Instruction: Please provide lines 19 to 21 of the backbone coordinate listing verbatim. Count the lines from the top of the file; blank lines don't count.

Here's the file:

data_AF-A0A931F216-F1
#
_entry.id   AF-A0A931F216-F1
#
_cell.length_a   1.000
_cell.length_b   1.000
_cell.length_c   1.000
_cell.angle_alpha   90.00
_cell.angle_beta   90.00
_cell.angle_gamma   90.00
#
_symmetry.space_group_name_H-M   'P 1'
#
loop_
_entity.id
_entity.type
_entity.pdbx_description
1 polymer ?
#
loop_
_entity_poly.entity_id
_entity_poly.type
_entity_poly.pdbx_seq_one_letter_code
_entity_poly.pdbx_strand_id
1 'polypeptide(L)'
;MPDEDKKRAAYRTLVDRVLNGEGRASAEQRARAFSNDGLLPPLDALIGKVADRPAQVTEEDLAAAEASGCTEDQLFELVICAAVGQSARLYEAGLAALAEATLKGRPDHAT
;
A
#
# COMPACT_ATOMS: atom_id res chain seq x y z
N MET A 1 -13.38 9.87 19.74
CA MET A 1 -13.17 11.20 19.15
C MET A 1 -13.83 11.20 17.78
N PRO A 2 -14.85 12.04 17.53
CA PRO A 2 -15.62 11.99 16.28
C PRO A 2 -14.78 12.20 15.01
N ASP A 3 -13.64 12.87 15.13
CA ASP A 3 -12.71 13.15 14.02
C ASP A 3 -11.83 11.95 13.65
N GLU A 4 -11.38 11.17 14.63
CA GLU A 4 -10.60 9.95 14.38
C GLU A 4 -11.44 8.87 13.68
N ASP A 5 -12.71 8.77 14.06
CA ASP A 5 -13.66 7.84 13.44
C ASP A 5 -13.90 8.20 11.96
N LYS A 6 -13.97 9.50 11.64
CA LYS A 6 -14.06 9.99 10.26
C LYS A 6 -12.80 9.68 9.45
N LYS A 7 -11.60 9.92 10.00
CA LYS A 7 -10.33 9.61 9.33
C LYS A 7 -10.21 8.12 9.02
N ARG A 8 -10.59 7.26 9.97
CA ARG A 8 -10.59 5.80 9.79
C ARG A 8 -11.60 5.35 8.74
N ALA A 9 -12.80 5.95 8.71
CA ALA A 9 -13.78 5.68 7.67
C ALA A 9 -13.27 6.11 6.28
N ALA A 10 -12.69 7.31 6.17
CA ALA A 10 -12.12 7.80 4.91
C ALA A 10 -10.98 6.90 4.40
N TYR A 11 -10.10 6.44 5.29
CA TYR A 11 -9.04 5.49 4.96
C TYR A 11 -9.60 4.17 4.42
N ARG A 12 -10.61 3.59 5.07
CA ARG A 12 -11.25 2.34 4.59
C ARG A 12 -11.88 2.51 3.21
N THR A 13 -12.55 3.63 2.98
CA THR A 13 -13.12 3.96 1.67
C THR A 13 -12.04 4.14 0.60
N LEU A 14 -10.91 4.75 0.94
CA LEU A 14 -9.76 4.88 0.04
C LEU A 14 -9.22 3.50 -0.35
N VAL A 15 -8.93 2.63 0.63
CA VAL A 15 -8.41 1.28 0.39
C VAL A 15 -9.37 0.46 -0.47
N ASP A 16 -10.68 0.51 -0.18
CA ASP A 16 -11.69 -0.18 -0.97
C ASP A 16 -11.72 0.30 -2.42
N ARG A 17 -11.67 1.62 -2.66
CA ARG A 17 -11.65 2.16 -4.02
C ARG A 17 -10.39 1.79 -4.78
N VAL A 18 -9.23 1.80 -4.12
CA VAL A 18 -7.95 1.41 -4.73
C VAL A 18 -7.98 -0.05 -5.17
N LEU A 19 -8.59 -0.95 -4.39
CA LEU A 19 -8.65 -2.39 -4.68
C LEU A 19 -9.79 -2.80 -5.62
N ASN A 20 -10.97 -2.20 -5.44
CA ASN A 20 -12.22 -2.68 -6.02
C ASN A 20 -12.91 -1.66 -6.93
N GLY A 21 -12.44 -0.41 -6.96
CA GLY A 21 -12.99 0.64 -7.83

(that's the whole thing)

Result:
#
loop_
_entity_poly.entity_id